What: Online Public Open House When:Thursday, December 5th at 6pm Central/5pm Mountain Where: Click this link to access the meeting. If requested, enter your name and email address. If a password is required, enter the meeting password: 12345. Click “Join”. Who: You!

TTP 2040 is the state’s multimodal, long-range transportation plan, and will serve as TxDOT’s “blueprint” to guide collaborative planning efforts with their stakeholders in order to address the state’s transportation needs and accomplish the goals in TxDOT’s Strategic Plan. The TTP 2040 will include strategies for the development, construction and implementation of projects and services for all transportation modes, including roadways, aviation, public transportation, bicycle and pedestrian, waterways and coastal waters, and freight and passenger rail.

When you submit feedback to TxDOT, please:

Ask that TxDOT adopt an agency-wide, district-wide, and area-wide Complete Streets policy with guidance, procedures, and review included. Remind TxDOT that a Complete Streets policy is in accordance with their first priority: safety for all road users. Point out that the review process for Complete Streets is more economical in the long run, saving TxDOT the time and other resources required to add bicycle or pedestrian accommodations later in the project. Express your support for trails projects in your community: The current federal transportation bill allows TxDOT to move trails money away to non-bike/ped uses much more easily than before, and we want them to keep trails funding for trail building.

Public comments will be accepted throughout the development of the Texas Transportation Plan until Sept. 1, 2014. Written comments may be submitted by email or by USPS mail to:

TxDOT TPP Division TTP 2040
P.O. Box 149217
Austin, TX 78714-9217

Let’s make sure TxDOT remembers people who bike and walk in their transportation planning, and thank you for participating in this process.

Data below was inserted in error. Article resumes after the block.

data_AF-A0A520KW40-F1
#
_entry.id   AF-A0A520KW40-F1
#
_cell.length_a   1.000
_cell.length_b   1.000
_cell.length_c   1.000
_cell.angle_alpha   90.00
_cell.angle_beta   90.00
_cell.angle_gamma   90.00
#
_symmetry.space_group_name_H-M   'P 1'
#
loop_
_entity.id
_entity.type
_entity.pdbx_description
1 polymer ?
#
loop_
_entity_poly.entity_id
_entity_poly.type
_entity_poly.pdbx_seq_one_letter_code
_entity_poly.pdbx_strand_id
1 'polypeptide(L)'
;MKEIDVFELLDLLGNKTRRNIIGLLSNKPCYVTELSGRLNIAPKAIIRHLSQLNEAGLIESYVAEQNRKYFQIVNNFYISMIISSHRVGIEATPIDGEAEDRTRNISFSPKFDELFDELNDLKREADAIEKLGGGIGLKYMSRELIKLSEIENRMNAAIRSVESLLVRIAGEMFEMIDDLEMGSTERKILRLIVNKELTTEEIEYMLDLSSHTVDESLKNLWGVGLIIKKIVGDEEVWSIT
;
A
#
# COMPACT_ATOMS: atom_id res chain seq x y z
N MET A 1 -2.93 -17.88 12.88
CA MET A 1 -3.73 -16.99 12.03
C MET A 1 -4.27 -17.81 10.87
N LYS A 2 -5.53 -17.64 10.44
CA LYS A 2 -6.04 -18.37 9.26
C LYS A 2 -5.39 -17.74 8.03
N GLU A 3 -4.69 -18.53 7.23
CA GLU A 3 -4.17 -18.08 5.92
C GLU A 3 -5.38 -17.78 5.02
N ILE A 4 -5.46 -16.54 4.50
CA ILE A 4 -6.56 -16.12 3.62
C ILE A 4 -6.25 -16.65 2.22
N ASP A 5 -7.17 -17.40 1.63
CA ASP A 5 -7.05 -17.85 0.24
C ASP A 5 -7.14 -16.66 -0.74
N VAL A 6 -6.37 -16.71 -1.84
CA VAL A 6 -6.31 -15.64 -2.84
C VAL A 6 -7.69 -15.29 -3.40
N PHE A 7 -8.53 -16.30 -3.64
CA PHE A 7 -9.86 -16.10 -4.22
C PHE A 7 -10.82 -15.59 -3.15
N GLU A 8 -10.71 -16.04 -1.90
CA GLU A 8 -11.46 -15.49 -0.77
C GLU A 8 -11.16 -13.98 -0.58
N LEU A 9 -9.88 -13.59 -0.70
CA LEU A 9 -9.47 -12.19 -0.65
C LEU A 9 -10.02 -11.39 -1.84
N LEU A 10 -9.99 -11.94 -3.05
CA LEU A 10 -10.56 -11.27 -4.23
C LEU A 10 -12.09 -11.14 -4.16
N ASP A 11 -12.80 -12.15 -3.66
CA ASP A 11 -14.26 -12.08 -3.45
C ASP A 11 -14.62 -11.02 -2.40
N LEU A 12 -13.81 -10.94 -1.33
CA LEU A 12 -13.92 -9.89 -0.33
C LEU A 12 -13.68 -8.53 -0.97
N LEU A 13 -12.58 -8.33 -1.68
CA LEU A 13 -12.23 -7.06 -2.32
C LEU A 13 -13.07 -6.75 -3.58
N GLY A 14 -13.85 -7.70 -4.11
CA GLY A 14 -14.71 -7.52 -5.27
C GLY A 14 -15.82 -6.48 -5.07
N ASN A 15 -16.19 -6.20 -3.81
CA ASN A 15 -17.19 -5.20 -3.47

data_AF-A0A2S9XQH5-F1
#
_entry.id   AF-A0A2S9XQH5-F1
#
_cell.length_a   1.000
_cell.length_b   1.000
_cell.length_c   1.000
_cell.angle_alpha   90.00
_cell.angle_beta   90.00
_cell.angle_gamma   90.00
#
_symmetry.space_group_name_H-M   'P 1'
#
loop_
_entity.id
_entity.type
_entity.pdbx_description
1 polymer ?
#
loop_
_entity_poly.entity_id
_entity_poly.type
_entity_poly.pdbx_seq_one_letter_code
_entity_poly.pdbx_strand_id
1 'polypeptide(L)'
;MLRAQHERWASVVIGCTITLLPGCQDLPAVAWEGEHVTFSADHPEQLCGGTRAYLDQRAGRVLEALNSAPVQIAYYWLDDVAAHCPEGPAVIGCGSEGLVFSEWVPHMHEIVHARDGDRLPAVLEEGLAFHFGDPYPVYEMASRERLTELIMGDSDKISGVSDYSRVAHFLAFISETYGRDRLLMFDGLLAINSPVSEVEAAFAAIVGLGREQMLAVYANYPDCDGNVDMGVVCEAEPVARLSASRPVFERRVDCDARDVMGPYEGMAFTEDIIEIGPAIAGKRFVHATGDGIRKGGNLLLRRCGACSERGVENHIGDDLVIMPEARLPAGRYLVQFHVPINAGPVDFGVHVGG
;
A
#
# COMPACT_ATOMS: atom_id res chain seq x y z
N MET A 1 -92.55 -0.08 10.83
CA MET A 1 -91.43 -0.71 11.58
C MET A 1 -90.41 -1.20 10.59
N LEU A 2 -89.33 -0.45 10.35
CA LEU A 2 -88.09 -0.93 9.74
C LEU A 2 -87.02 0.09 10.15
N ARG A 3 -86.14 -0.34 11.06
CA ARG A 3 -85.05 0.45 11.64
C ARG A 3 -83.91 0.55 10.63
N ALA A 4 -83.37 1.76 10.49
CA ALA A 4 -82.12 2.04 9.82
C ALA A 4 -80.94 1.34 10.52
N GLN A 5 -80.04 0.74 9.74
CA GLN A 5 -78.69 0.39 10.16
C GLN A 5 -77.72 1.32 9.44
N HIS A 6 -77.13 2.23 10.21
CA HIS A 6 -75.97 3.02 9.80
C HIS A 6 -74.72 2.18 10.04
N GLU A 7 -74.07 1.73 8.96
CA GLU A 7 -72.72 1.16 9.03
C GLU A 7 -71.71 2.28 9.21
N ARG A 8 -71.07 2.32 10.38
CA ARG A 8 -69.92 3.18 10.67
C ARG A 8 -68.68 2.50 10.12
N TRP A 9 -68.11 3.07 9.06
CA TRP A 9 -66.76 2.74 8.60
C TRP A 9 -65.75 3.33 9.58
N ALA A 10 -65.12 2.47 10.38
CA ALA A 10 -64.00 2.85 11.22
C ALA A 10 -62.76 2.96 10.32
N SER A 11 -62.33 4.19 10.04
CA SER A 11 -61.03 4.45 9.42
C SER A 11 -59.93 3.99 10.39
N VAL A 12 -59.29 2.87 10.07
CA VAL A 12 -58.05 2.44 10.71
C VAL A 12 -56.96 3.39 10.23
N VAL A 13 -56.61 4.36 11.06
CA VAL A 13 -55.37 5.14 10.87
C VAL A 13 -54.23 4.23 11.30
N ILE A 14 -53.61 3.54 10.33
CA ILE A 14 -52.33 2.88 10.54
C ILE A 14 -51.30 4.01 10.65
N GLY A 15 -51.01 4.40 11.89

Traffic Skills 101

Few activities are as fun and enjoyable as riding a bicycle. Velo Paso’s Traffic Skills 101 (TS101) is a fast-paced class that will give you the confidence and know-how to ride safely and legally. You will learn how basic bicycle maintenance, rules for riding, and bicycle handling skills.

This class is ideal for relatively new cyclists who want to build upon the basics, those returning to cycling from a long hiatus, people who want to be more independent on their bike, and those who feel a little nervous while cycling in traffic. These classes are taught by our experienced instructors who have been certified through the League of American Bicyclists.

This course is organized into three sections taught both in-class and on-road with approximately 8 hours of total instruction time:

1. The Basics

Your Bicycle Maintenance Clothing & Equipment Bicycle Handling

2. Bicycling in Traffic

Your Role in Traffic Avoiding Crashes Hazard Avoidance Maneuvers

3. Enjoying the Ride

Ride Etiquette Sharing the Road

You will need a helmet and a bike in good working order to participate in the on bike portion of the class. Special classes can be arranged for those wishing to learn to ride, for children, commuters, or for those interested only in the in-class portion of the program.
For more information or to schedule a class, fill out the information on our CONTACT US page, and be sure to include TS101 in the subject line.

Copyright © 2019 Velo Paso Bicycle-Pedestrian Coalition.
A 501©(3) nonprofit organization.